ISLAND to EMPIRE
300 Years of British Art 1550-1850
11 March - 13 June 2005
Island to Empire is an exhibition of 170 works showcasing the extraordinary strength and depth of British art from the mid-16th to the mid-19th centuries in the collection of the Art Gallery of South Australia; recognised as one of the finest British art collections outside the United Kingdom. The exhibition combines oil paintings, watercolours, prints, drawings, sculptures and decorative arts to tell the story of the development of British art and the history of Britain from the reign of Henry VIII to that of Queen Victoria.
Curated by the Gallery’s former Director, Ron Radford (now Director of the National Gallery of Australia, Canberra), this exhibition has been more than a decade in the planning. While some works will be familiar to Gallery visitors, a number have been acquired only recently and have never been displayed before. Many more will be revealed for the first time after undergoing extensive conservation, cleaning and reframing, including the Gallery’s fragile watercolour collection, much of which has been carefully preserved in storage for a generation. The exhibition marks the first time that all the Gallery’s great British works of the period are displayed together.
Island to Empire is a journey through three centuries both chronologically and thematically beginning with the British mainstay of portraiture, on to maritime paintings, animal pictures, watercolours, satire and finally and triumphantly, landscape painting. Visitors enter into a ‘long gallery’, the feature of many English country houses and the works are shown to further advantage against richly coloured walls, enriched with furniture and decorative arts.
There is a strong royal presence with portraits of the legendary King Henry VIII, Elizabeth I, the infamous Duke of Buckingham, the ‘merry monarch’ Charles II and a dashing King George III. King William and Queen Adelaide also make an appearance in a delightful pair of miniatures, which were presented as a gift to the Gallery by Queen Mary in 1946.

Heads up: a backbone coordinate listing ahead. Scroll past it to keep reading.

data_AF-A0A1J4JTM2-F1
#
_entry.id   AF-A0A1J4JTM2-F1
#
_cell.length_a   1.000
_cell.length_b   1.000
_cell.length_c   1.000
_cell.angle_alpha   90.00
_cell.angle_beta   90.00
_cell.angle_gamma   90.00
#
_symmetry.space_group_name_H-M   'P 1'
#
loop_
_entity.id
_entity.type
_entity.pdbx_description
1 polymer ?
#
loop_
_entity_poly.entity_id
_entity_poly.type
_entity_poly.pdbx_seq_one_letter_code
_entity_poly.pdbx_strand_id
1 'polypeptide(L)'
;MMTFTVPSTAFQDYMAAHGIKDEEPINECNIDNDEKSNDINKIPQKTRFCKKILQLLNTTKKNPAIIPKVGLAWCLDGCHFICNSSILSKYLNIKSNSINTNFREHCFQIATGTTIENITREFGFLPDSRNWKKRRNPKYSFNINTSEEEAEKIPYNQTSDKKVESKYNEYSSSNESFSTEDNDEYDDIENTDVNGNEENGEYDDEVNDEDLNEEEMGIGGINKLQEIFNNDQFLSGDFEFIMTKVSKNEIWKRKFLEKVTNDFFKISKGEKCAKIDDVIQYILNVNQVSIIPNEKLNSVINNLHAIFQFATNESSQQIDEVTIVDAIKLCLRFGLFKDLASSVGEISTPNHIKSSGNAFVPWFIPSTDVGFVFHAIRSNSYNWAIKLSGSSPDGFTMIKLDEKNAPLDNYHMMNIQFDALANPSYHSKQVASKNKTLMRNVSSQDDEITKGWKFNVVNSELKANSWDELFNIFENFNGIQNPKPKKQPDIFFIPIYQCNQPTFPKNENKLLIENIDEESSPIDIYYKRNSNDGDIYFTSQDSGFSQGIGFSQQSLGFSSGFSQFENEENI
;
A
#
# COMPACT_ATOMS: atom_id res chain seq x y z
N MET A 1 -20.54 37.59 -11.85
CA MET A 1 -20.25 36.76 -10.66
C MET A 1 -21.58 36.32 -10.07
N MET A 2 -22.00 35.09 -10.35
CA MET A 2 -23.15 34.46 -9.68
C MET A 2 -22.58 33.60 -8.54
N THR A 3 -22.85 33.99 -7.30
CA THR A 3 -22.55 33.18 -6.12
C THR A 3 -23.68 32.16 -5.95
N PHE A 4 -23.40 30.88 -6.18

The exhibition boasts works by many of the most important artists working in Britain during the period including: Isaac Oliver, Anthony Van Dyck, Peter Lely, William Hogarth, Allan Ramsay, Joshua Reynolds, Samuel Palmer, Thomas Gainsborough, William Blake, J.M.W. Turner and William Holman Hunt among many others.
The accompanying exhibition book is the largest ever published by the Art Gallery of South Australia and the most substantial Australian book on British art of the period ever produced. Made possible by the sponsorship from the Gordon Darling Foundation, it features 125 colour plates and over 300 black and white illustrations and is the first time the Gallery’s entire British collection has been published.
A full and varied public program of special events, talks, tours, films and activities will enable visitors of all ages to learn more about the era and enhance the exhibition experience. The Art Gallery Restaurant will also offer a special exhibition menu ‘inspired by the Empire’ flavoured with Eastern spices, British favourites and traditional desserts.